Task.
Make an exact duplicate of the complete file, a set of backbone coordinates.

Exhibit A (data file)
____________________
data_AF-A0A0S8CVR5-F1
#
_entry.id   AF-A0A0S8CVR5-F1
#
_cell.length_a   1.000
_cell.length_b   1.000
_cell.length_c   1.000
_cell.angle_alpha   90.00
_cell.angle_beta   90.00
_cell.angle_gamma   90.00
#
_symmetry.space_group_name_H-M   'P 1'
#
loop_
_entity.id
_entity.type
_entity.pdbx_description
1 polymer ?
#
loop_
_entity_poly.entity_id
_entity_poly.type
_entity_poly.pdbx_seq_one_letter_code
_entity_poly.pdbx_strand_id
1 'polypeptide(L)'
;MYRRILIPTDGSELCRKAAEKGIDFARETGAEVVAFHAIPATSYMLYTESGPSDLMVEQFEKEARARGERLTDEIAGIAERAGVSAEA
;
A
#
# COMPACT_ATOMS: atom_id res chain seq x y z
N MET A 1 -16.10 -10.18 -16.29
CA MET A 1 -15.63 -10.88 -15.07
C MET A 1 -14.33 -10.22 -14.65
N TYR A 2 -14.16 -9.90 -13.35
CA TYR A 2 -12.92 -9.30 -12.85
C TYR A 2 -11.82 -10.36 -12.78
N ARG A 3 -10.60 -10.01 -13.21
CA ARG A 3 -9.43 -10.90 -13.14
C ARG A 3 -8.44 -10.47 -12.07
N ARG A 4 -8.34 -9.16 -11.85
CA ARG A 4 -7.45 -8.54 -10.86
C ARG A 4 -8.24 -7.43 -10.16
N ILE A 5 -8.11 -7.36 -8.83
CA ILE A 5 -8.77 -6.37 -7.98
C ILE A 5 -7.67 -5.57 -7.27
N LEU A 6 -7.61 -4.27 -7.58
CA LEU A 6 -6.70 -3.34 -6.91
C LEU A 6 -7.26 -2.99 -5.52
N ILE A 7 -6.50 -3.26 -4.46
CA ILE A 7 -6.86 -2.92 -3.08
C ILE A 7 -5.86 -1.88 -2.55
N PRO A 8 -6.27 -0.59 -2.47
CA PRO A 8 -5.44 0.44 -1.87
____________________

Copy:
data_AF-A0A0S8CVR5-F1
#
_entry.id   AF-A0A0S8CVR5-F1
#
_cell.length_a   1.000
_cell.length_b   1.000
_cell.length_c   1.000
_cell.angle_alpha   90.00
_cell.angle_beta   90.00
_cell.angle_gamma   90.00
#
_symmetry.space_group_name_H-M   'P 1'
#
loop_
_entity.id
_entity.type
_entity.pdbx_description
1 polymer ?
#
loop_
_entity_poly.entity_id
_entity_poly.type
_entity_poly.pdbx_seq_one_letter_code
_entity_poly.pdbx_strand_id
1 'polypeptide(L)'
;MYRRILIPTDGSELCRKAAEKGIDFARETGAEVVAFHAIPATSYMLYTESGPSDLMVEQFEKEARARGERLTDEIAGIAERAGVSAEA
;
A
#
# COMPACT_ATOMS: atom_id res chain seq x y z
N MET A 1 -16.10 -10.18 -16.29
CA MET A 1 -15.63 -10.88 -15.07
C MET A 1 -14.33 -10.22 -14.65
N TYR A 2 -14.16 -9.90 -13.35
CA TYR A 2 -12.92 -9.30 -12.85
C TYR A 2 -11.82 -10.36 -12.78
N ARG A 3 -10.60 -10.01 -13.21
CA ARG A 3 -9.43 -10.90 -13.14
C ARG A 3 -8.44 -10.47 -12.07
N ARG A 4 -8.34 -9.16 -11.85
CA ARG A 4 -7.45 -8.54 -10.86
C ARG A 4 -8.24 -7.43 -10.16
N ILE A 5 -8.11 -7.36 -8.83
CA ILE A 5 -8.77 -6.37 -7.98
C ILE A 5 -7.67 -5.57 -7.27
N LEU A 6 -7.61 -4.27 -7.58
CA LEU A 6 -6.70 -3.34 -6.91
C LEU A 6 -7.26 -2.99 -5.52
N ILE A 7 -6.50 -3.26 -4.46
CA ILE A 7 -6.86 -2.92 -3.08
C ILE A 7 -5.86 -1.88 -2.55
N PRO A 8 -6.27 -0.59 -2.47
CA PRO A 8 -5.44 0.44 -1.87